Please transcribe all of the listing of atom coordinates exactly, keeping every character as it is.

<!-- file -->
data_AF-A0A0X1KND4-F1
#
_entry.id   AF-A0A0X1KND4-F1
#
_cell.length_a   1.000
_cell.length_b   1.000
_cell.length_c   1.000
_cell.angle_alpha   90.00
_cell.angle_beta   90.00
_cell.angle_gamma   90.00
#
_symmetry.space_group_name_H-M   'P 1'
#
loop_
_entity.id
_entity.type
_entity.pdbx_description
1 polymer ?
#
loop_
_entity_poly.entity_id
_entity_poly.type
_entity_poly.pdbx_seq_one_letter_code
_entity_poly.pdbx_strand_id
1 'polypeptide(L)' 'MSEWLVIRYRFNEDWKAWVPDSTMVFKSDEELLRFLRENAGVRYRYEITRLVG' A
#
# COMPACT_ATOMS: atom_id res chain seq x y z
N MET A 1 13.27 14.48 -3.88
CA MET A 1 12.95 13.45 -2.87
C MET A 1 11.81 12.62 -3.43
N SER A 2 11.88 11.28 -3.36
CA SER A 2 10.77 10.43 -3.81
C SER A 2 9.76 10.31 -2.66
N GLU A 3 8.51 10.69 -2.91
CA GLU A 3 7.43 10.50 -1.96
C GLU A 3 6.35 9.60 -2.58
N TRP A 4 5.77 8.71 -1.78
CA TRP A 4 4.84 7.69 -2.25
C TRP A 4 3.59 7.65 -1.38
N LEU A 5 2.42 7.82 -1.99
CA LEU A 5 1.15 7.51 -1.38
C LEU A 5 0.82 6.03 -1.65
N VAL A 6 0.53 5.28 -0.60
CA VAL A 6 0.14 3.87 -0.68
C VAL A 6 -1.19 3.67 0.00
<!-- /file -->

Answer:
data_AF-A0A0X1KND4-F1
#
_entry.id   AF-A0A0X1KND4-F1
#
_cell.length_a   1.000
_cell.length_b   1.000
_cell.length_c   1.000
_cell.angle_alpha   90.00
_cell.angle_beta   90.00
_cell.angle_gamma   90.00
#
_symmetry.space_group_name_H-M   'P 1'
#
loop_
_entity.id
_entity.type
_entity.pdbx_description
1 polymer ?
#
loop_
_entity_poly.entity_id
_entity_poly.type
_entity_poly.pdbx_seq_one_letter_code
_entity_poly.pdbx_strand_id
1 'polypeptide(L)' 'MSEWLVIRYRFNEDWKAWVPDSTMVFKSDEELLRFLRENAGVRYRYEITRLVG' A
#
# COMPACT_ATOMS: atom_id res chain seq x y z
N MET A 1 13.27 14.48 -3.88
CA MET A 1 12.95 13.45 -2.87
C MET A 1 11.81 12.62 -3.43
N SER A 2 11.88 11.28 -3.36
CA SER A 2 10.77 10.43 -3.81
C SER A 2 9.76 10.31 -2.66
N GLU A 3 8.51 10.69 -2.91
CA GLU A 3 7.43 10.50 -1.96
C GLU A 3 6.35 9.60 -2.58
N TRP A 4 5.77 8.71 -1.78
CA TRP A 4 4.84 7.69 -2.25
C TRP A 4 3.59 7.65 -1.38
N LEU A 5 2.42 7.82 -1.99
CA LEU A 5 1.15 7.51 -1.38
C LEU A 5 0.82 6.03 -1.65
N VAL A 6 0.53 5.28 -0.60
CA VAL A 6 0.14 3.87 -0.68
C VAL A 6 -1.19 3.67 0.00